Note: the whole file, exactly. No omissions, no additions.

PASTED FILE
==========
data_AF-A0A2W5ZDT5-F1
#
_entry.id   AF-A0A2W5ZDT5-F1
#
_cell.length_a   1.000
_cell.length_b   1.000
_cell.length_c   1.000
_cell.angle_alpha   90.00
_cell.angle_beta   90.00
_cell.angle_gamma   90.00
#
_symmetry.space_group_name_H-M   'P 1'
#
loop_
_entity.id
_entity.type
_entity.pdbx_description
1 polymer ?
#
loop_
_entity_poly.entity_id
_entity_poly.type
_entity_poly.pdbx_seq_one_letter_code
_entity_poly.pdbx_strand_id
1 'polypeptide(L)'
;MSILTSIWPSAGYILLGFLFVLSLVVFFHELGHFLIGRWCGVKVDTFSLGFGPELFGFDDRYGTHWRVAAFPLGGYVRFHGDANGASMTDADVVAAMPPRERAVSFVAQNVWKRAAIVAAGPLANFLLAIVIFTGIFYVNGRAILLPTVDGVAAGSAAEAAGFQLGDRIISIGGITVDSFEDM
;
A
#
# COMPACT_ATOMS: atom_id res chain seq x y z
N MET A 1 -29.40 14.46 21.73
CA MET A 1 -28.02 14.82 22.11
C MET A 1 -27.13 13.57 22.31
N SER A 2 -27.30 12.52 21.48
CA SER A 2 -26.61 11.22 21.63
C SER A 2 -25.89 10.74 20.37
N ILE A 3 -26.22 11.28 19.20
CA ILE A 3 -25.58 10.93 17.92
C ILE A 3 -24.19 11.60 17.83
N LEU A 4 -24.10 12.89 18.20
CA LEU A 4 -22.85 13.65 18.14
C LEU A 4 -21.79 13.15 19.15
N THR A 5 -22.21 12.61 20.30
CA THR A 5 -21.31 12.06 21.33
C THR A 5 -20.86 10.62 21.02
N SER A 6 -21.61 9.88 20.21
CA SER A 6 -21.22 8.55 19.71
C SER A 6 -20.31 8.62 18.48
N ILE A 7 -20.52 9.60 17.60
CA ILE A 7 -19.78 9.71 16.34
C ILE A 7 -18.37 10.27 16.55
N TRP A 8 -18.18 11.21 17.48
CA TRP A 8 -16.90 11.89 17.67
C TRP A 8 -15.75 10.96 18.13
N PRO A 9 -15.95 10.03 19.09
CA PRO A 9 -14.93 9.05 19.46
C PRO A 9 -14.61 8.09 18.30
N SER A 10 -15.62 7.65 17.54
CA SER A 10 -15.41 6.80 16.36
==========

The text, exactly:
data_AF-A0A2W5ZDT5-F1
#
_entry.id   AF-A0A2W5ZDT5-F1
#
_cell.length_a   1.000
_cell.length_b   1.000
_cell.length_c   1.000
_cell.angle_alpha   90.00
_cell.angle_beta   90.00
_cell.angle_gamma   90.00
#
_symmetry.space_group_name_H-M   'P 1'
#
loop_
_entity.id
_entity.type
_entity.pdbx_description
1 polymer ?
#
loop_
_entity_poly.entity_id
_entity_poly.type
_entity_poly.pdbx_seq_one_letter_code
_entity_poly.pdbx_strand_id
1 'polypeptide(L)'
;MSILTSIWPSAGYILLGFLFVLSLVVFFHELGHFLIGRWCGVKVDTFSLGFGPELFGFDDRYGTHWRVAAFPLGGYVRFHGDANGASMTDADVVAAMPPRERAVSFVAQNVWKRAAIVAAGPLANFLLAIVIFTGIFYVNGRAILLPTVDGVAAGSAAEAAGFQLGDRIISIGGITVDSFEDM
;
A
#
# COMPACT_ATOMS: atom_id res chain seq x y z
N MET A 1 -29.40 14.46 21.73
CA MET A 1 -28.02 14.82 22.11
C MET A 1 -27.13 13.57 22.31
N SER A 2 -27.30 12.52 21.48
CA SER A 2 -26.61 11.22 21.63
C SER A 2 -25.89 10.74 20.37
N ILE A 3 -26.22 11.28 19.20
CA ILE A 3 -25.58 10.93 17.92
C ILE A 3 -24.19 11.60 17.83
N LEU A 4 -24.10 12.89 18.20
CA LEU A 4 -22.85 13.65 18.14
C LEU A 4 -21.79 13.15 19.15
N THR A 5 -22.21 12.61 20.30
CA THR A 5 -21.31 12.06 21.33
C THR A 5 -20.86 10.62 21.02
N SER A 6 -21.61 9.88 20.21
CA SER A 6 -21.22 8.55 19.71
C SER A 6 -20.31 8.62 18.48
N ILE A 7 -20.52 9.60 17.60
CA ILE A 7 -19.78 9.71 16.34
C ILE A 7 -18.37 10.27 16.55
N TRP A 8 -18.18 11.21 17.48
CA TRP A 8 -16.90 11.89 17.67
C TRP A 8 -15.75 10.96 18.13
N PRO A 9 -15.95 10.03 19.09
CA PRO A 9 -14.93 9.05 19.46
C PRO A 9 -14.61 8.09 18.30
N SER A 10 -15.62 7.65 17.54
CA SER A 10 -15.41 6.80 16.36